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Year : 2020  |  Volume : 9  |  Issue : 4  |  Page : 347-362

Hospital ice, ice machines, and water as sources of nontuberculous mycobacteria: Description of qualitative risk assessment models to determine host–Nontuberculous mycobacteria interplay

Laboratory for Disinfection and Pathogen Elimination Studies, Northern Ireland Public Health Laboratory, Nightingale (Belfast City) Hospital, Belfast, Northern Ireland, UK

Correspondence Address:
John Edmund Moore
Laboratory for Disinfection and Pathogen Elimination Studies, Northern Ireland Public Health Laboratory, Nightingale (Belfast City) Hospital, Lisburn Road, Belfast, BT9 7AD, Northern Ireland
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Source of Support: None, Conflict of Interest: None

DOI: 10.4103/ijmy.ijmy_179_20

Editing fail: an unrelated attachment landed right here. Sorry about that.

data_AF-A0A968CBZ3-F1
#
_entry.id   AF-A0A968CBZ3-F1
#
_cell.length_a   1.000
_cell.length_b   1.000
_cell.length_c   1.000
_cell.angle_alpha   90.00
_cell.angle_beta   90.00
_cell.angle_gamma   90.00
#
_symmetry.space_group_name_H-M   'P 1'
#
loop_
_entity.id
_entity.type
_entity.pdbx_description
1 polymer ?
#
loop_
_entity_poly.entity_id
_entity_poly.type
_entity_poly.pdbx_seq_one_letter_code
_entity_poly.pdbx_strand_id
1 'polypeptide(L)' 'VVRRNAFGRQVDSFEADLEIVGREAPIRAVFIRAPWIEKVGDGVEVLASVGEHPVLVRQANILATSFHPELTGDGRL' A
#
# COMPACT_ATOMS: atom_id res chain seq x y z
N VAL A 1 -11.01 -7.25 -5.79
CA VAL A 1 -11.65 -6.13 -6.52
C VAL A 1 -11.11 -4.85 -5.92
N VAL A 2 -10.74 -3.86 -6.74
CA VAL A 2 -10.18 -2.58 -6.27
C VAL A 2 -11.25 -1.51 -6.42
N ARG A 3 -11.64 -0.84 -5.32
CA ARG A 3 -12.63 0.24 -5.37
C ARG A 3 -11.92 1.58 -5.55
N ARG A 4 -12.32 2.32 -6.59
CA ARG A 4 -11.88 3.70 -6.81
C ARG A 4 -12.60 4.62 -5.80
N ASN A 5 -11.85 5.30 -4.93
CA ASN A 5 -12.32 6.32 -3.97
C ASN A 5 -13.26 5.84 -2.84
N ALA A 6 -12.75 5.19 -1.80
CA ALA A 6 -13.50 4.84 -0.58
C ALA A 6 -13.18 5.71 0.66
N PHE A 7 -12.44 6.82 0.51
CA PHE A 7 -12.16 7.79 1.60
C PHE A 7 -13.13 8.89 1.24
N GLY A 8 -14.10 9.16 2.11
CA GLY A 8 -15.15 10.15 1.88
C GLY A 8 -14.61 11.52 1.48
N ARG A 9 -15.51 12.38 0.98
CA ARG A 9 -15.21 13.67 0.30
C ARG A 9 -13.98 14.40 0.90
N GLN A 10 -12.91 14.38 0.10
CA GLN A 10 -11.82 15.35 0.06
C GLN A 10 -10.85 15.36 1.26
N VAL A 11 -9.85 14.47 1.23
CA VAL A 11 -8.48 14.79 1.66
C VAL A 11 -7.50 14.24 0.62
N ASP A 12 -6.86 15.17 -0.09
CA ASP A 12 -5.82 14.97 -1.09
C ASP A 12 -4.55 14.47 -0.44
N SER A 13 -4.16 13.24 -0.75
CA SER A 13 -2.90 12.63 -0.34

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Over the last 30 years, there have been at least 17 published reports of nontuberculous mycobacteria (NTMs) being isolated from hospital ice or ice-making machines. Of these, 12 were reports of pseudo-outbreaks, i.e., the nosocomial transmission of organism from hospital ice/ice machines to patients, resulting in patient colonization, but with no disease manifestations. In addition, there were five outbreaks that resulted in clinical disease/pathology associated with NTM organism. Eleven different species of NTMs have been associated with these reports, where over half (59%) of the species identified were Mycobacterium fortuitum (18%), Mycobacterium gordonae (14%), Mycobacterium mucogenicum (14%), and Mycobacterium porcinum (14%). Several of these reports clearly documented that ice machines had been properly maintained, cleaned, and serviced in accordance with the CDC guidelines yet became contaminated with NTM organisms. These reports frequently detail that after extensive cleaning/disinfection following the discovery of NTM organisms, ice machines remained contaminated with NTM organisms, highlighting the difficulty in eradicating these from ice machines, once contaminated. Several reports identified that the only remedy to the contamination problem was to replace the ice machine with a new machine. Two qualitative risk assessment models are presented for (i) patients exposed to contaminated ice machine but before NTM colonization/infection and (ii) patients already colonized with NTMs from ice machines. Therefore, to protect immunocompromised/immunosuppressed patients' safety, especially during surgical or respiratory procedures, ice should not be sourced from the ice machine but should be made from sterile water and stored safely and separately away from the ice machine.

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